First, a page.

If he had an affair when he was 30 and felt terrible that he wrecked his marriage, it may be forgiveable.

Hell, even if he cheated because his relationship was miserable and sexless and he saw no way out that wasn’t really painful and expensive, I’d be willing to listen.

But he didn’t. You’re dating a guy who cheated who feels absolutely no remorse.

That’s some sociopathic shit, right there.

As a dating coach for women, I tend to be risk averse.

  • Don’t sleep with guys you barely know.
  • Don’t commit to any man who hasn’t committed to you.
  • Don’t fall in love with men in other states and countries.
  • Don’t stay in a relationship where you don’t feel safe and happy.

I think it would be pretty safe to add:

  • Don’t embark on a relationship with an unrepentant cheater.

Like hiring an embezzler to be your accountant or electing a con artist to be your president, you can’t be too surprised when the shit hits the fan.

I hope you have the strength to walk away now, rather than doubling down on your chemistry and his potential. I GUARANTEE there’s another great guy out there who HASN’T proudly cheated on his wife.

What is Cheating?

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Certain themes come up frequently around here and this is one of them.

What IS cheating? Where do you draw the line? Is it purely physical? Is it emotional? Can you be a cheater just for thinking about someone but never acting on it?

Many debate this but I don’t think it’s much of a debate.

Cheating is based on intention and interaction.  

  • Talking with a woman at a party. Not cheating.
  • Asking for that same woman’s number? Cheating.
  • Watching online porn. Not cheating.
  • Communicating with a woman via live webcam. Cheating.
  • Having lunch with your ex. Not cheating.
  • Having sex with your ex. Cheating.
  • Liking an Instagram model’s photo. Not cheating.
  • Direct messaging the same Instagram model to sit on your face. Cheating.

There’s really not that much grey area, people.

That said, I’m only one man and reasonable people can disagree. Author Ty Tashiro is one of them: “Though micro-cheating does not involve physical contact with someone outside the committed relationship, it’s important to avoid the temptation to overemphasize the ‘micro’ part of the phrase and remember that ‘cheating’ is the operative word,” he says. “When one betrays a partner’s trust there are always emotional consequences for the partner’s well-being and the integrity of the relationship.”

That brings us back to what part is actually betraying a partner’s trust. To me, it requires the aforementioned action and intention – followed by lying about it.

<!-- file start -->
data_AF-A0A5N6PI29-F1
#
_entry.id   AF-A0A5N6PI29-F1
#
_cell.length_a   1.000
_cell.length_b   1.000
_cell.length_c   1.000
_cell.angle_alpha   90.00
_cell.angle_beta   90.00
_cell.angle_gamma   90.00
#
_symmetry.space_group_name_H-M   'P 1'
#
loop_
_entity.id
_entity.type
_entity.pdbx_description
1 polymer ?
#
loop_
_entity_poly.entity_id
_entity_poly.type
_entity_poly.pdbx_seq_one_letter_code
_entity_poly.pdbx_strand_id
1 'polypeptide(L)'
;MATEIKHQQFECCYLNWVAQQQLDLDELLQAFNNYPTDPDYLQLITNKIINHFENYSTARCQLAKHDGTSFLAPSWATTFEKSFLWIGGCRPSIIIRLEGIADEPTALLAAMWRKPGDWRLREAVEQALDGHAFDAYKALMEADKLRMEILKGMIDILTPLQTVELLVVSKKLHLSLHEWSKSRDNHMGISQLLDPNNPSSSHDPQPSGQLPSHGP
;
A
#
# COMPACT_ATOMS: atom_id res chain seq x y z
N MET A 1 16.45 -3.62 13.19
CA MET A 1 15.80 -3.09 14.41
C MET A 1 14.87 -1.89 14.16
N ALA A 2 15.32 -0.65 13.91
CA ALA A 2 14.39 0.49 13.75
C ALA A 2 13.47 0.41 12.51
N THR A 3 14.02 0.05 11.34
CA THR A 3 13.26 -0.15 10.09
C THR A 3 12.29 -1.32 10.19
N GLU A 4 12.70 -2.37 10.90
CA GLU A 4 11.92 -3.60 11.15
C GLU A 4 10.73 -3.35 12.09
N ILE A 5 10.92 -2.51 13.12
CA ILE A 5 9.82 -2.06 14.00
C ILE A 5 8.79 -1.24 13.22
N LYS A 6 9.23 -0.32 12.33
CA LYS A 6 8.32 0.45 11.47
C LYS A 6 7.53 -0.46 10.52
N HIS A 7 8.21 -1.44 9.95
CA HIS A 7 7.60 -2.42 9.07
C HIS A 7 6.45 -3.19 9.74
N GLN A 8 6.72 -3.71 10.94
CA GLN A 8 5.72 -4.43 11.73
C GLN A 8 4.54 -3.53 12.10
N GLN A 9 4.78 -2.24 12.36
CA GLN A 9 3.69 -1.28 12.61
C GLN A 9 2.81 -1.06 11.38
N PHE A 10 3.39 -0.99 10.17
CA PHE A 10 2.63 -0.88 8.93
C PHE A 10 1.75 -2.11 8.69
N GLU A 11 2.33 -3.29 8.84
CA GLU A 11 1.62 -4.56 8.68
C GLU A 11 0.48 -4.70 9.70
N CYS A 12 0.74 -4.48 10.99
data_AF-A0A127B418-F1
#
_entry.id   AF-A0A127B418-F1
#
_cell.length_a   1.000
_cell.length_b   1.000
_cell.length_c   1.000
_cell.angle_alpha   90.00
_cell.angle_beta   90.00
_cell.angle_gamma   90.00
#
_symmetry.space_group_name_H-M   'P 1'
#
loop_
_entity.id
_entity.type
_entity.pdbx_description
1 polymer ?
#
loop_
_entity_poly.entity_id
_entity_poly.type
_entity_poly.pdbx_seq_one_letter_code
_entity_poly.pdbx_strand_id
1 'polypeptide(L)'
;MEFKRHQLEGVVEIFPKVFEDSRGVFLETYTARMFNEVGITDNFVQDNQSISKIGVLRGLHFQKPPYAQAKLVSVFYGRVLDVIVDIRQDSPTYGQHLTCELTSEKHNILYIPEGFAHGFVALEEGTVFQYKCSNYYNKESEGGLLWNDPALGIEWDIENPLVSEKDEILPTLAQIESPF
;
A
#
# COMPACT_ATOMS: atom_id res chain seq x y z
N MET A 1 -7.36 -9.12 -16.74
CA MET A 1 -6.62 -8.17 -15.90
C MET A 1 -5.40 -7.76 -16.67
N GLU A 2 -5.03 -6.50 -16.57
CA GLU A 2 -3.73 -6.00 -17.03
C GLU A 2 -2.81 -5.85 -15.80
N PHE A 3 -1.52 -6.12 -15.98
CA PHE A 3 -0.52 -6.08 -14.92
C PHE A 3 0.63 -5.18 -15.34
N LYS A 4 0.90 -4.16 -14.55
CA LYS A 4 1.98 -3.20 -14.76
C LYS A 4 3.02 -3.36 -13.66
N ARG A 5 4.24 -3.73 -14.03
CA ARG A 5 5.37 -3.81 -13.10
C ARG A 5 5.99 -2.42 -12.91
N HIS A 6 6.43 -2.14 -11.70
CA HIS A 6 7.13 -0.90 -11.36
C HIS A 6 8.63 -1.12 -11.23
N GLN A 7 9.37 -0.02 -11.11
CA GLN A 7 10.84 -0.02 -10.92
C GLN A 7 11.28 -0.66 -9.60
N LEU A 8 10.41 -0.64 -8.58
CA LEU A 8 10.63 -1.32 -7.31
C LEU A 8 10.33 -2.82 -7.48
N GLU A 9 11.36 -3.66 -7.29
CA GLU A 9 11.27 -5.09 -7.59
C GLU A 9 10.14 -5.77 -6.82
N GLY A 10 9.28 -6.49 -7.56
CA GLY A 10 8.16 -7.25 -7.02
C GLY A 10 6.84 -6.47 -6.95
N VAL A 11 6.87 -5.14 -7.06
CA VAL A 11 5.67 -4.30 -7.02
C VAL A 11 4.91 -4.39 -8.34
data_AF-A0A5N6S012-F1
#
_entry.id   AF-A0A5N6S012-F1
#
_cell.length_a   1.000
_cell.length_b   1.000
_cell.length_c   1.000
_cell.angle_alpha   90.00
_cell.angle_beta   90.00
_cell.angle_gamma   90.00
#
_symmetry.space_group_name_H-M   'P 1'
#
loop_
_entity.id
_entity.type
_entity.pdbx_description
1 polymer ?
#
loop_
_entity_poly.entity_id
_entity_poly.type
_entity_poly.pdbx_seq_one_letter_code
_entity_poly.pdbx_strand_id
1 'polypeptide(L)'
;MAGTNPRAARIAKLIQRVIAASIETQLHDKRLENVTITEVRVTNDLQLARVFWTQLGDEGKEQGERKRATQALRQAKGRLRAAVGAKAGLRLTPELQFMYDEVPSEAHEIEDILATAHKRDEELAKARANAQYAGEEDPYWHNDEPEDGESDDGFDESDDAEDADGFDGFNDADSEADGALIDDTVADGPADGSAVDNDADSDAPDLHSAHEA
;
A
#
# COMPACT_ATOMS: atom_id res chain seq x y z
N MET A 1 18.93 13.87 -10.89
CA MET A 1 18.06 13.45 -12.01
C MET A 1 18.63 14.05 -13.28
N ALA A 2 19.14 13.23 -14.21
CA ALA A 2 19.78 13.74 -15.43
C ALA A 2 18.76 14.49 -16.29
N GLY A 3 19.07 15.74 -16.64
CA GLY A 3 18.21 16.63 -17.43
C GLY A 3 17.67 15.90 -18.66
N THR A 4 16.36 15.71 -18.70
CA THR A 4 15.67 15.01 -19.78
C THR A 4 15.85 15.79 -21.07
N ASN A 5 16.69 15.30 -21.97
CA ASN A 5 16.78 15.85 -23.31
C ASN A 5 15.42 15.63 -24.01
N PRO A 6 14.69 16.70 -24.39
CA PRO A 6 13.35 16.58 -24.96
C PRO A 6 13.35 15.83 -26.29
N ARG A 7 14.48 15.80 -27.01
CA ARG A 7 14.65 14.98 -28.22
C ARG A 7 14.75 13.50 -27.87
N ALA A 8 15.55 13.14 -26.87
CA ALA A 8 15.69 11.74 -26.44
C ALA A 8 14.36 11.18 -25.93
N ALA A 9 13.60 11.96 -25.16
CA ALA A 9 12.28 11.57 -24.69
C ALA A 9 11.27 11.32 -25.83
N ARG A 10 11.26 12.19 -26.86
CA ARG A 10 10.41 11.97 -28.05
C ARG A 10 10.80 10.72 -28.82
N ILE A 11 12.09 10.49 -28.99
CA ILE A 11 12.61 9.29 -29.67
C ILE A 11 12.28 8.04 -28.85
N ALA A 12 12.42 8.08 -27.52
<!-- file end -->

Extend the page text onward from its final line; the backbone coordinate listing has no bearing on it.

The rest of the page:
“After all,   solid relationships are based on trust– and micro-cheating isn’t exactly a trustworthy behavior if you’re keeping your interactions on the downlow  “What is lost on many people who cheat is that their interpretation or rationalization of the cheating behavior does not matter, it’s the interpretation of their partner and their partner’s feelings that matter,” says Tashiro. “There’s an old saying in social psychology, ‘What’s perceived as real is real in its consequences,’ and that certainly applies to micro-cheating. When someone feels that there has been an infidelity, there is a sense that an agreed upon standard has been intentionally violated and it’s human to respond to deception with anger, distrust and  loss of affection,” he says.

However, to play devil’s advocate here, what if a man is perfectly comfortable with the aforementioned behaviors – talking to a woman at a party, liking a photo online, masturbating in private, staying friends with an ex – and his partner is not?

He is then faced with two unpleasant choices: stop engaging in behavior that is clearly not cheating because his girlfriend is insecure or jealous, or lie to the girlfriend because she can’t handle the truth. Flip the genders and you’ve got the same exact story.

I’m not the lying type – I’d sooner to break up with someone who forbids me to be myself – but many men (and women) are not as direct and are more likely to hide their behavior.

Not because they are incorrigible liars who are trying to “betray” their partners, but because they are conflict-averse and they neither want to change their habits nor face the possibility of blowing up their relationship.

Being in a relationship does not mean you never notice anyone other than your partner

Personally, I think Dr. Robert Weiss has it right.

It’s somewhat normal to find other people attractive within a committed relationship – just not to act on it. ‘Being in a relationship does not mean you never notice anyone other than your partner,” says Weiss. “It also doesn’t mean you can’t enjoy it when someone flirts with you regardless of whether you respond in kind. Nor does this type of behavior automatically reflect poorly on the strength of your relationship or how attractive you find your partner or how good your sex life is” he says.

This is a nuanced view that doesn’t make either party “wrong.” If anything, it may just mean that two people who can’t see eye-to-eye on this are incompatible.

Your thoughts, both on microcheating  and how you navigate this minefield, are greatly appreciated.